North Charleston council passes 1st reading of edging ordinance
By Nikki Gaskins email@example.com
NORTH CHARLESTON, S.C. (WCIV) Trim up or pay up. An edging ordinance in North Charleston could cost residents there some green.
The proposal passed first reading in an 8-2 vote Thursday night and could ultimately mean North Charleston residents and business owners have to do yard work or pay a hefty fine.
It would force homeowners and businesses to keep their grass trimmed if it's near a sidewalk. For those who don't do it, they could face a $1,000 fine.
It's a fee that doesn't sit well with some people.
"I don't mind doing my lawn, but the edging? I mean, it's difficult," said Joseph Raphael, who has lived in the Park Circle neighborhood for more than a decade.
Raphael believes the ordinance is a bad idea and just another way for the city to make money.
"If you can't afford an edger, what are you going to do? What are we paying property taxes for?" asked Raphael.
During Thursday night's city council meeting, Councilman Todd Olds was hesitant to support the ordinance, saying that many of his constituents are elderly.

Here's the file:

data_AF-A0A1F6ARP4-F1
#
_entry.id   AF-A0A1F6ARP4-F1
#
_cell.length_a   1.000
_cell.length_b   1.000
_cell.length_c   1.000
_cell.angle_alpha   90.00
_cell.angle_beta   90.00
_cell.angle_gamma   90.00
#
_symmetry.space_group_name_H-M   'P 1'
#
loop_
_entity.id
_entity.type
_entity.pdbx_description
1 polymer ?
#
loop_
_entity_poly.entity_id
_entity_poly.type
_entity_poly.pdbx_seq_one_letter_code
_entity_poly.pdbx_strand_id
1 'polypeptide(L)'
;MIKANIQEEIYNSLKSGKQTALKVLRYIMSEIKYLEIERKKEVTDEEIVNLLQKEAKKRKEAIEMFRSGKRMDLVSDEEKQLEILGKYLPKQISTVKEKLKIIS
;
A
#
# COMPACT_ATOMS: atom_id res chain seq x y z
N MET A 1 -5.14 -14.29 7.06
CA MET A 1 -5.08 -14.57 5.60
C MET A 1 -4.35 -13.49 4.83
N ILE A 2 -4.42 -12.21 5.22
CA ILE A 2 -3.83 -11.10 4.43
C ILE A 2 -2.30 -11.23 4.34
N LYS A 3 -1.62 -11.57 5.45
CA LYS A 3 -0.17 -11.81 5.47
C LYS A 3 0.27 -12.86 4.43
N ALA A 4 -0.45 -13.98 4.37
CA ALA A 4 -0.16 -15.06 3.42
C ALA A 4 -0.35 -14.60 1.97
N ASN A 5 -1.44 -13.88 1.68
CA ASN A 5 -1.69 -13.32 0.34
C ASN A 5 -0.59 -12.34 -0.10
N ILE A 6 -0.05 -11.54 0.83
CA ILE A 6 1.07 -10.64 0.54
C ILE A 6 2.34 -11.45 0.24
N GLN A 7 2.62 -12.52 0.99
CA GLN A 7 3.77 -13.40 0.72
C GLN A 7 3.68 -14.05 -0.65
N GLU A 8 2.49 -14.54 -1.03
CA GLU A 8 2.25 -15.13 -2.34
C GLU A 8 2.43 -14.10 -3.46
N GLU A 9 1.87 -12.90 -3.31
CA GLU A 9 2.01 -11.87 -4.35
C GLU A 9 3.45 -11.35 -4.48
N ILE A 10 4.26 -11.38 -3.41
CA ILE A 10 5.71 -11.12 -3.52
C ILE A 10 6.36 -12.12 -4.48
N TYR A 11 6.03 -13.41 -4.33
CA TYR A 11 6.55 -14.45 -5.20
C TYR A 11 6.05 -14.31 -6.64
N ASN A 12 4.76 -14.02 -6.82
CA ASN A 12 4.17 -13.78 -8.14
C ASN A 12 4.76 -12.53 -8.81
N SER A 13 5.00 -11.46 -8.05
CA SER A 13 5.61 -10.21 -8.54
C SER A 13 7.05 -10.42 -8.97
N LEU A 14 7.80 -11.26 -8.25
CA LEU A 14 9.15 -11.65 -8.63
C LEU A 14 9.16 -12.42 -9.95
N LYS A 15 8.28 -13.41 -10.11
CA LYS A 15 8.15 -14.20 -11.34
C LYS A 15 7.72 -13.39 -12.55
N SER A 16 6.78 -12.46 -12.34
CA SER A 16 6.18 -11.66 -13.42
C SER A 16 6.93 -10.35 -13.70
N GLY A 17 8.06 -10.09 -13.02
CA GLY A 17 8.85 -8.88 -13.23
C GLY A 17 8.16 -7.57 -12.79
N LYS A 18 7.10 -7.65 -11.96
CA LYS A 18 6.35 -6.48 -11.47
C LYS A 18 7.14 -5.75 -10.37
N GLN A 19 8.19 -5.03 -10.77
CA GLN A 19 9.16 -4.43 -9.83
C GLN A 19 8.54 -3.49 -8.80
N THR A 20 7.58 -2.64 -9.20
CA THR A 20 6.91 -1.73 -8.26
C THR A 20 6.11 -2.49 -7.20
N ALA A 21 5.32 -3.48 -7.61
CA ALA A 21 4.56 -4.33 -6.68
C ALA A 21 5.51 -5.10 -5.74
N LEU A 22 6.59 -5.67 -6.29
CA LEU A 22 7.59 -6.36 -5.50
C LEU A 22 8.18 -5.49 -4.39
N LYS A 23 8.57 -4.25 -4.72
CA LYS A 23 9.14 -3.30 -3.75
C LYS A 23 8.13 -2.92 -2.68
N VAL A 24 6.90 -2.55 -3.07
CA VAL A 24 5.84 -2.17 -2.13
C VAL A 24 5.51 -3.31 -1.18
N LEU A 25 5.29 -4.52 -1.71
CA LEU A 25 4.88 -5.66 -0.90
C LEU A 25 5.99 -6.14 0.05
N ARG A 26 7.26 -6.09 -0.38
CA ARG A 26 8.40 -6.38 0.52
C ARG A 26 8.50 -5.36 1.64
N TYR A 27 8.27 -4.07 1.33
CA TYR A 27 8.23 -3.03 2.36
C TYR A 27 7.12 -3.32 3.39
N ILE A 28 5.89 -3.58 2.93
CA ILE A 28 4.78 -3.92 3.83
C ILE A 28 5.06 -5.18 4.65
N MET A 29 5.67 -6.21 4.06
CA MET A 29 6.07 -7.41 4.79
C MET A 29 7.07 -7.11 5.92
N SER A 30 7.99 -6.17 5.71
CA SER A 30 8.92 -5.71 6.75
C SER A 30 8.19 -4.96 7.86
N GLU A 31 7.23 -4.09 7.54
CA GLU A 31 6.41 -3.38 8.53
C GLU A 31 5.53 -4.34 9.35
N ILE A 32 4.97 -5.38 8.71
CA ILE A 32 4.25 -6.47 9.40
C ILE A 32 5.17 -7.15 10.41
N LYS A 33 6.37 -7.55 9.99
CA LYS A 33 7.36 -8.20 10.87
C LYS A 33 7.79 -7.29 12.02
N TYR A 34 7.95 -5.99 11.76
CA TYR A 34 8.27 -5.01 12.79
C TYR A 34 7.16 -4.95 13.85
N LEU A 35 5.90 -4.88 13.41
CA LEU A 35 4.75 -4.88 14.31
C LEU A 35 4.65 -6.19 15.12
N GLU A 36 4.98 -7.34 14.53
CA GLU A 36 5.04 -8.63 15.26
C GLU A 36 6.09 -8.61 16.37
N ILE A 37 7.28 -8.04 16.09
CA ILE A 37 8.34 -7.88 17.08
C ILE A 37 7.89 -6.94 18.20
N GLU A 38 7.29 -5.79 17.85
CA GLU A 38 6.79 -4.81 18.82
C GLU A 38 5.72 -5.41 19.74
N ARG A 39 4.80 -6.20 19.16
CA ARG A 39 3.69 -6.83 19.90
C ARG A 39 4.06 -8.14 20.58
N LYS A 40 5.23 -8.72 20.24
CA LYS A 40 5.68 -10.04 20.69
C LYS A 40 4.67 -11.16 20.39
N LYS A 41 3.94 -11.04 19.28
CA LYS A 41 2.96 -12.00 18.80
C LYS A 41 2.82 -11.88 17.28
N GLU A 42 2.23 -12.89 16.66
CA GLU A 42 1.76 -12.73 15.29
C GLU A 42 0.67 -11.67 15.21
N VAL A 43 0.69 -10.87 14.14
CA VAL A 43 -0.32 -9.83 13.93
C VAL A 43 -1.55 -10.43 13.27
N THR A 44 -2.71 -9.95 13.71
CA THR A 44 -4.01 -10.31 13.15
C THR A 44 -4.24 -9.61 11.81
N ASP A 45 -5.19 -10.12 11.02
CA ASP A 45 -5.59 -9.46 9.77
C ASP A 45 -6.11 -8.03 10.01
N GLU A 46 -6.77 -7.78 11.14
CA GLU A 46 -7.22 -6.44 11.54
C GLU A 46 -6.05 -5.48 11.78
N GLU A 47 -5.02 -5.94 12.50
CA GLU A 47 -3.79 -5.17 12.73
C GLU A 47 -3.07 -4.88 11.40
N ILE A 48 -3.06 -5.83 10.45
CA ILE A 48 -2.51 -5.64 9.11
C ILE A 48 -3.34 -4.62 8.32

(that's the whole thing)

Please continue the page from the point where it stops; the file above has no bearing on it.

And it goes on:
"They don't have a problem cutting the grass, but it's the additional labor-intensive work that they're going to do at their age," said Olds.
After the mayor addressed the concern, Olds voted in favor of the ordinance.
"I can assure you if it is a legitimate case where the person is not able do it, they will not be cited or fined," said Mayor Keith Summey, adding that help would be provided for people who could not edge their yards.
Councilman Bob King proposed the ordinance after he said several of his constituents in the Park Circle neighborhood complained about the problem.
"They had problems walking in the area with sidewalk all covered up with sand, bushes, and all that stuff," said King. "It's a quality of life issue."
Angela McJunkin's department will be in charge of enforcing the ordinance if it passes.
"We will send out the notices, giving the residents warning that they do need to edge their sidewalks," said McJunkin, the director of code enforcement. "When the grass grows into the sidewalks, it does tear up the sidewalks from time to time, and it could pose a hazard."
In order for the ordinance to take effect, it must pass on second reading.